Nokia Lumia sales up but not by enough

Nokia handset sales fell short of analyst expectations in its second quarter results, prompting fears that Windows Phone may not have been the right choice for the company.

Nokia shipped 7.4 million Lumia smartphones in Q2 – up 32 percent compared to the first quarter, not to be sniffed at. But analyst estimations in a Reuters poll were at 8.1 million units.

The Group had gross cash of €9.5 billion by the end of the quarter and net cash of €4.1 billion. Nokia Siemens Networks contributed gross and net cash of €2.5 billion and €1.4 billion respectively.

NSN drove profitability for the fourth consecutive quarter, with the company ending with an operating margin of 5.3 percent. Nokia CEO Stephen Elop said in a statement the company’s recent decision to buy out Siemens‘ 50 percent stake in NSN should “create value for Nokia shareholders”.

Feature phone shipments dropped to 53.7 million, a decline of four percent.  

Ex Microsoft man Stephen Elop was brought in to Nokia to inject some Redmond wisdom. Other Nokia executives at the time, aware its own operating system, Symbian, was faltering, considered Android as an option but ultimately went with Windows Phone.

Since, the company has put out a series of well received Lumia phones and splashed serious money on marketing. But Windows Phone as an operating system has lacked the app ecosystem and cool factor required to win over consumers. It was always up against tough competition: iOS established itself as an early leader and Google responded by making Android available to any company interested in mobile. Microsoft was late to the party and compared to its rivals it had just not seduced enough developers to make the OS appealing.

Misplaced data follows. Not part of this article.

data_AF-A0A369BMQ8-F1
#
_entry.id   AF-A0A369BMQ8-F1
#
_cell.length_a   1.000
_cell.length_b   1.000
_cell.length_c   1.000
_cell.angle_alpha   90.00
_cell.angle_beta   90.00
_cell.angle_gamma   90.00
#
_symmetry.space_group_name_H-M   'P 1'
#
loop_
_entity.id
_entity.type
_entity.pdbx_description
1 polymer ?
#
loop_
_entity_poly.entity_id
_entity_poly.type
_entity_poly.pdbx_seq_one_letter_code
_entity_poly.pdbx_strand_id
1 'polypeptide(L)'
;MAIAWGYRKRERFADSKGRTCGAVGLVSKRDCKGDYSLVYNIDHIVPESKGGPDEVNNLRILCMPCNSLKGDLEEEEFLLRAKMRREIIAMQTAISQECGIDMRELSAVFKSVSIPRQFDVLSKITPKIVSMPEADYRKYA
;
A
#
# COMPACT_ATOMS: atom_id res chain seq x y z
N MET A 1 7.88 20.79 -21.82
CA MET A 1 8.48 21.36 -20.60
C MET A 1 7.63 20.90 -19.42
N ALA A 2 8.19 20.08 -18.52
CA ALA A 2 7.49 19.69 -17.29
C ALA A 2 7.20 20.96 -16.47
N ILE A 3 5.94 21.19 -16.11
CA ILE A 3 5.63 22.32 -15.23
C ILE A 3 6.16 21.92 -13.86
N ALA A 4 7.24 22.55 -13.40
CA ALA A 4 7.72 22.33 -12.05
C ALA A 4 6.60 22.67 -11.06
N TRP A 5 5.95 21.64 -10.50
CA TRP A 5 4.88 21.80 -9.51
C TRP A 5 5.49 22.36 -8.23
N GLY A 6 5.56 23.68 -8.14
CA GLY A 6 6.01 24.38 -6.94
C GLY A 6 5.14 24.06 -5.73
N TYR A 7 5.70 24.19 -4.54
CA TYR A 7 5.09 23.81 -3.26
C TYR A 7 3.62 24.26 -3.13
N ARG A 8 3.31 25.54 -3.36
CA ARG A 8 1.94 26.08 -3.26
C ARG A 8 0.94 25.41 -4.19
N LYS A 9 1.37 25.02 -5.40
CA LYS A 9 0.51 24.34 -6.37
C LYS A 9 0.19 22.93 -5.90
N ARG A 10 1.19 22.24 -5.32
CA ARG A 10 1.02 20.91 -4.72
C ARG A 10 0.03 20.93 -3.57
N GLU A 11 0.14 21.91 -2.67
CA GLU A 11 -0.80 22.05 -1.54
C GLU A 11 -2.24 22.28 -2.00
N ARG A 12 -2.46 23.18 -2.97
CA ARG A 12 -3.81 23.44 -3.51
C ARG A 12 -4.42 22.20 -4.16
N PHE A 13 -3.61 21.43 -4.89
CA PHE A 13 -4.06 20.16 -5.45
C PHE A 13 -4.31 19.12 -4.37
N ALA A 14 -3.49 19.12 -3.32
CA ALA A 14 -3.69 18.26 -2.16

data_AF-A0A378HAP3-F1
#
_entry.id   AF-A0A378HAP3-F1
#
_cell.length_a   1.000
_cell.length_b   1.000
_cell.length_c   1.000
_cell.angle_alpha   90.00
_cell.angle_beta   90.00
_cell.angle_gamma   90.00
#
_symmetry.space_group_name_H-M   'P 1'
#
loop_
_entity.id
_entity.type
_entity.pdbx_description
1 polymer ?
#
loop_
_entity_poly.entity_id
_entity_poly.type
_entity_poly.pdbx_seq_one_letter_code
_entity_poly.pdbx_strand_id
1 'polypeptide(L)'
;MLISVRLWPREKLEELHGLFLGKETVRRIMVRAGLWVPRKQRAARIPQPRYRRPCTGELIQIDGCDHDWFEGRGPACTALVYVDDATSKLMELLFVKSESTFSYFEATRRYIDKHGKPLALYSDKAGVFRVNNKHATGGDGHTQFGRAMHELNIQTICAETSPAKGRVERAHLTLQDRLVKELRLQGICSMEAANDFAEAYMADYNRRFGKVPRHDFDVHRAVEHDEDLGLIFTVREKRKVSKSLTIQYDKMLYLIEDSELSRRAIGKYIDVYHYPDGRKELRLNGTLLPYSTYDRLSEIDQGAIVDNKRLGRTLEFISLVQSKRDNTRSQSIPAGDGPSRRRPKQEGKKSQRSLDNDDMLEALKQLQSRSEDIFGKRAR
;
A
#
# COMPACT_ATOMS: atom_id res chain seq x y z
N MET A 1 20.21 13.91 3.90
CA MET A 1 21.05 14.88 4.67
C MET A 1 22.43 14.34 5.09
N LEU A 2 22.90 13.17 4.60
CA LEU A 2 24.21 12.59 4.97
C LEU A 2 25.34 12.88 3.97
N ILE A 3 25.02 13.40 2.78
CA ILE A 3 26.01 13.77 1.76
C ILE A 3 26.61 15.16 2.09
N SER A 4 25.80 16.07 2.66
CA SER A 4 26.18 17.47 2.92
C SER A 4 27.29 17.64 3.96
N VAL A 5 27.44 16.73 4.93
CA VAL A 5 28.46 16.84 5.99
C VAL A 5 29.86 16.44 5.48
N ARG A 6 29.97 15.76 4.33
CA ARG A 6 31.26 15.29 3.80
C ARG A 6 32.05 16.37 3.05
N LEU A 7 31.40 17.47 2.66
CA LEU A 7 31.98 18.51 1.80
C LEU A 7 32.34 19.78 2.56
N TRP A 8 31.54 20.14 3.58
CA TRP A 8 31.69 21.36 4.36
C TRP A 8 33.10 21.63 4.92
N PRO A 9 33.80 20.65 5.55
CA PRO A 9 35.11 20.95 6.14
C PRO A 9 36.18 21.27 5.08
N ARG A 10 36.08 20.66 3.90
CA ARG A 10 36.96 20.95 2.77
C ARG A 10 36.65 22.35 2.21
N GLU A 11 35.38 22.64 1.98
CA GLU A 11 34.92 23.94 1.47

There is little incentive for iPhone or Android users to make the jump to Windows. Existing customers risk losing their personal investments in their current OS of choice, including cash purchases. Nokia’s big hope was to scoop up a large number of first-time smartphone buyers, but many are opting for cheap Android devices instead.

Nevertheless, Elop noted Lumia sales were at their highest in any quarter so far, and predicts more success in the third quarter.

“We expect that our new Lumia products will drive a significant part of our smart devices revenue,” Elop said.